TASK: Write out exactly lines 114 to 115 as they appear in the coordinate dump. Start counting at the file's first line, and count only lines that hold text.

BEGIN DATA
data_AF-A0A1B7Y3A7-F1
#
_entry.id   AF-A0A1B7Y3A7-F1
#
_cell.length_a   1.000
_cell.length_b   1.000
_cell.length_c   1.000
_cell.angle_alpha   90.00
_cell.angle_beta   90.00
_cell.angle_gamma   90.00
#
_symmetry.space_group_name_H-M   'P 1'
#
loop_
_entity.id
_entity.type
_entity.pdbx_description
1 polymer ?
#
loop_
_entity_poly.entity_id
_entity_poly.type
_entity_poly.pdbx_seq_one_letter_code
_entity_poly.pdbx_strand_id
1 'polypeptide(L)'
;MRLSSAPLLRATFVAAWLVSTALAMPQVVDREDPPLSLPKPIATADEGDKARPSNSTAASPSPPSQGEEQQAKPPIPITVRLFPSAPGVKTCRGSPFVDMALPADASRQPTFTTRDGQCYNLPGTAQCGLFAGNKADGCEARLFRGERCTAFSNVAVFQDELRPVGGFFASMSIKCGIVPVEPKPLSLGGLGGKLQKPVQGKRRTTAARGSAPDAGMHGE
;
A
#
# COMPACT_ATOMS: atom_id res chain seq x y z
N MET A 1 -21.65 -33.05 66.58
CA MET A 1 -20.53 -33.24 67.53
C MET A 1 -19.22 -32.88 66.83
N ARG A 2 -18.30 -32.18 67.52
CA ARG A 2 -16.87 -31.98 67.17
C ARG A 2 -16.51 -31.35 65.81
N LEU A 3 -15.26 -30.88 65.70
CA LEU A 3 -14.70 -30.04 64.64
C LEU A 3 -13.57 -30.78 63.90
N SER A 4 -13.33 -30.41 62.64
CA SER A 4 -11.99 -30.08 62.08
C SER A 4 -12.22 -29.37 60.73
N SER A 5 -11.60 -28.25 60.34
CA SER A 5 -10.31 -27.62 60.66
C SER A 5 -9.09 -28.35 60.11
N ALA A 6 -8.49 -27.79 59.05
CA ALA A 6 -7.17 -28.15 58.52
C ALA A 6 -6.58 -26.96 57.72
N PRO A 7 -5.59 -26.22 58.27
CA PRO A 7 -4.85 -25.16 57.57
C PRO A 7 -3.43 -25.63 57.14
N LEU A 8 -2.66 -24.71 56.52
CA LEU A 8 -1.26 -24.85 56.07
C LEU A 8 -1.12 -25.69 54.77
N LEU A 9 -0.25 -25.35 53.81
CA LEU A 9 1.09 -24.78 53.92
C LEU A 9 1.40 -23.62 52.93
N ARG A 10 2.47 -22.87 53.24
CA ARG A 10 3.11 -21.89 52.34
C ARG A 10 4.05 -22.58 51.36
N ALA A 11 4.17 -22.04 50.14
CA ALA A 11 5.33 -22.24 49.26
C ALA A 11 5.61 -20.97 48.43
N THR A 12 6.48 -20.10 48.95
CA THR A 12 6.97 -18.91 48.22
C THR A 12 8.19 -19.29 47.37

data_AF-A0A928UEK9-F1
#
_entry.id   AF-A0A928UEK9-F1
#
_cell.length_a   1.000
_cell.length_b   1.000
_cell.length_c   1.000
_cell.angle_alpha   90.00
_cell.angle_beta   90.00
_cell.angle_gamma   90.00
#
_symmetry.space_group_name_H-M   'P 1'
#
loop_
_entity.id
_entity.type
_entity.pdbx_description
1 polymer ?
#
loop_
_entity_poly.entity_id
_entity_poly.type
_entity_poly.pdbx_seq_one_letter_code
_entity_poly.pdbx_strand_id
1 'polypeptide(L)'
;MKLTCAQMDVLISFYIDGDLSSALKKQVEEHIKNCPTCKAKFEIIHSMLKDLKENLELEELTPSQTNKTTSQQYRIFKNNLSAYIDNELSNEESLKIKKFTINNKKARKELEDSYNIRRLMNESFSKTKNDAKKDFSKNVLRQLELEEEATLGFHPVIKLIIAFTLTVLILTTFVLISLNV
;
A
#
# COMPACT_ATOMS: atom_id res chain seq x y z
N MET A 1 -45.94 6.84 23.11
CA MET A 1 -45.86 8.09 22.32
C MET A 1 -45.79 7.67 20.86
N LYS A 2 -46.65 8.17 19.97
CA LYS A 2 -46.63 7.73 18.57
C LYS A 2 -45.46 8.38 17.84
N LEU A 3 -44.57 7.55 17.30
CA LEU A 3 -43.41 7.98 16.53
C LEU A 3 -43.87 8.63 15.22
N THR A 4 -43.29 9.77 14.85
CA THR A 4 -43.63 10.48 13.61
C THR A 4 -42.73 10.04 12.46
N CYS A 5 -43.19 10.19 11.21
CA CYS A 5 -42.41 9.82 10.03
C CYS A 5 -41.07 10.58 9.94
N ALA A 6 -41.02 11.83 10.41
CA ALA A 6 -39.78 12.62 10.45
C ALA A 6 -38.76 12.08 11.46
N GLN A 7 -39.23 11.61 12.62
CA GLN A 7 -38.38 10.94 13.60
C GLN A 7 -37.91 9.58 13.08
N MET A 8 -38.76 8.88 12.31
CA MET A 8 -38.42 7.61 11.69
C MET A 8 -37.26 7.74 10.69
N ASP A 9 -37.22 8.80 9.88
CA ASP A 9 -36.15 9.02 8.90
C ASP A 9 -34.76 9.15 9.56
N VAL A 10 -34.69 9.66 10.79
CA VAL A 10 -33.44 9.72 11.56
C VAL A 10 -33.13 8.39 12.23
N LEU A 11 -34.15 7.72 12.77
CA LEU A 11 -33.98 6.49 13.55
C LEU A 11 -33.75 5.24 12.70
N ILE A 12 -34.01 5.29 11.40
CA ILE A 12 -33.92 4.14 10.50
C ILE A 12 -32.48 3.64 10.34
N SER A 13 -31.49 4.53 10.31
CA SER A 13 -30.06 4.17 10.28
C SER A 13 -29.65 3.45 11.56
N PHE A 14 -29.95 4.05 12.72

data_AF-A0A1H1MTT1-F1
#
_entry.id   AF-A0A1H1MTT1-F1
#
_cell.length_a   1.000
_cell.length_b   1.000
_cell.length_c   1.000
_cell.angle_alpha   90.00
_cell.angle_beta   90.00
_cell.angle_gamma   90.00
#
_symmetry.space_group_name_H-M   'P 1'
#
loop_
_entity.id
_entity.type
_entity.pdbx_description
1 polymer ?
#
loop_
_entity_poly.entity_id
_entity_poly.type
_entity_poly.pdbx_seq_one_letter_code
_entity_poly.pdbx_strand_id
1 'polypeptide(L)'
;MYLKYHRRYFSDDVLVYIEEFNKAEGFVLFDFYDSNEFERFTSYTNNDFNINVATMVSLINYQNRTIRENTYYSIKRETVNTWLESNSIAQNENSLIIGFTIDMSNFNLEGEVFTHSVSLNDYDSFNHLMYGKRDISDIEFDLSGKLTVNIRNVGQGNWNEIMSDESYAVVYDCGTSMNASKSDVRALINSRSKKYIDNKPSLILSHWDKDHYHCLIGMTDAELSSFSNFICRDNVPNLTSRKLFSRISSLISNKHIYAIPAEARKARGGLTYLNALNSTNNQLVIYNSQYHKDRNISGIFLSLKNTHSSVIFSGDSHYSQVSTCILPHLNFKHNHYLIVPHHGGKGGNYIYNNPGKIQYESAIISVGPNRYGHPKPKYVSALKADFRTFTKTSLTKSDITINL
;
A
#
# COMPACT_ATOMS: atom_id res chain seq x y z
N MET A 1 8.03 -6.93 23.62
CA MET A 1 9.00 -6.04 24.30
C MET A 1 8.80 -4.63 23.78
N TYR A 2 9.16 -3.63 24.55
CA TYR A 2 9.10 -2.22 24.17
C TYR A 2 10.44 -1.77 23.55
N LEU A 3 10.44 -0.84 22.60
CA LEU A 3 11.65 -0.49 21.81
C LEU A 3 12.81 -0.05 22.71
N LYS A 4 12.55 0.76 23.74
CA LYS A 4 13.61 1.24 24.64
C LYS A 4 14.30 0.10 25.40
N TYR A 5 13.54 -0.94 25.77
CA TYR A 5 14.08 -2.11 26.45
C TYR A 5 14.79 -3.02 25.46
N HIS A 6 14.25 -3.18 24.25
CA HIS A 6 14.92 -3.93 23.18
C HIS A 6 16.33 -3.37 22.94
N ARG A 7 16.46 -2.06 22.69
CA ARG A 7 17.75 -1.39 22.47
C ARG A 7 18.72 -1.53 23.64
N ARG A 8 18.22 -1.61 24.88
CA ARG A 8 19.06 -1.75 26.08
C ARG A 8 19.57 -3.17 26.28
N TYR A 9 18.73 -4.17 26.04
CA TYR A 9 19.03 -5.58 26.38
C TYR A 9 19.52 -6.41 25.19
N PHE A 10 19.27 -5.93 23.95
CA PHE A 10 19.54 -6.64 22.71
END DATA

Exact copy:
C ALA A 6 -38.76 12.08 11.46
N GLN A 7 -39.23 11.61 12.62